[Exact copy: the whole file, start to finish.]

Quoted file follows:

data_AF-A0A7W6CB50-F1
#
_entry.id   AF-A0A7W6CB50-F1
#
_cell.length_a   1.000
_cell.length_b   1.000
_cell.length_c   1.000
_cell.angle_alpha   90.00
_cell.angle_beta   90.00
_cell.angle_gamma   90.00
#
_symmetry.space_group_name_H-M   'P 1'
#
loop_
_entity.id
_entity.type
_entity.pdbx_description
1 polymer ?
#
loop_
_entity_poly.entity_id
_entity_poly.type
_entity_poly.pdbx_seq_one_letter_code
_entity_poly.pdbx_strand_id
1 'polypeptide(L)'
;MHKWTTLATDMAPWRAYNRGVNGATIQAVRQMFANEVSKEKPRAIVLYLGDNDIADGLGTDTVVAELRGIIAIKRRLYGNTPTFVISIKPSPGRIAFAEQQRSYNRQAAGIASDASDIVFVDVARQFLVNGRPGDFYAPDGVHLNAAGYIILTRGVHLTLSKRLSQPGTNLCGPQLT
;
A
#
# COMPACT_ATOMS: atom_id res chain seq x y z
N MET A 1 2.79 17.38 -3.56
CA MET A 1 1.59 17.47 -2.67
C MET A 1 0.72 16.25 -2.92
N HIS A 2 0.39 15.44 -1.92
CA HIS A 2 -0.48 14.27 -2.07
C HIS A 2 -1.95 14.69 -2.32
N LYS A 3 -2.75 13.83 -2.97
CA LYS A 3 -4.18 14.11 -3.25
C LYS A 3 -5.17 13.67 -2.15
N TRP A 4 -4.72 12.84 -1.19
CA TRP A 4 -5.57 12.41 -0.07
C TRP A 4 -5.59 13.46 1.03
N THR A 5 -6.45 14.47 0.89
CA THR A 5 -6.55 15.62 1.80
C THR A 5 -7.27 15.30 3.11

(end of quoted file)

data_AF-A0A7W6CB50-F1
#
_entry.id   AF-A0A7W6CB50-F1
#
_cell.length_a   1.000
_cell.length_b   1.000
_cell.length_c   1.000
_cell.angle_alpha   90.00
_cell.angle_beta   90.00
_cell.angle_gamma   90.00
#
_symmetry.space_group_name_H-M   'P 1'
#
loop_
_entity.id
_entity.type
_entity.pdbx_description
1 polymer ?
#
loop_
_entity_poly.entity_id
_entity_poly.type
_entity_poly.pdbx_seq_one_letter_code
_entity_poly.pdbx_strand_id
1 'polypeptide(L)'
;MHKWTTLATDMAPWRAYNRGVNGATIQAVRQMFANEVSKEKPRAIVLYLGDNDIADGLGTDTVVAELRGIIAIKRRLYGNTPTFVISIKPSPGRIAFAEQQRSYNRQAAGIASDASDIVFVDVARQFLVNGRPGDFYAPDGVHLNAAGYIILTRGVHLTLSKRLSQPGTNLCGPQLT
;
A
#
# COMPACT_ATOMS: atom_id res chain seq x y z
N MET A 1 2.79 17.38 -3.56
CA MET A 1 1.59 17.47 -2.67
C MET A 1 0.72 16.25 -2.92
N HIS A 2 0.39 15.44 -1.92
CA HIS A 2 -0.48 14.27 -2.07
C HIS A 2 -1.95 14.69 -2.32
N LYS A 3 -2.75 13.83 -2.97
CA LYS A 3 -4.18 14.11 -3.25
C LYS A 3 -5.17 13.67 -2.15
N TRP A 4 -4.72 12.84 -1.19
CA TRP A 4 -5.57 12.41 -0.07
C TRP A 4 -5.59 13.46 1.03
N THR A 5 -6.45 14.47 0.89
CA THR A 5 -6.55 15.62 1.80
C THR A 5 -7.27 15.30 3.11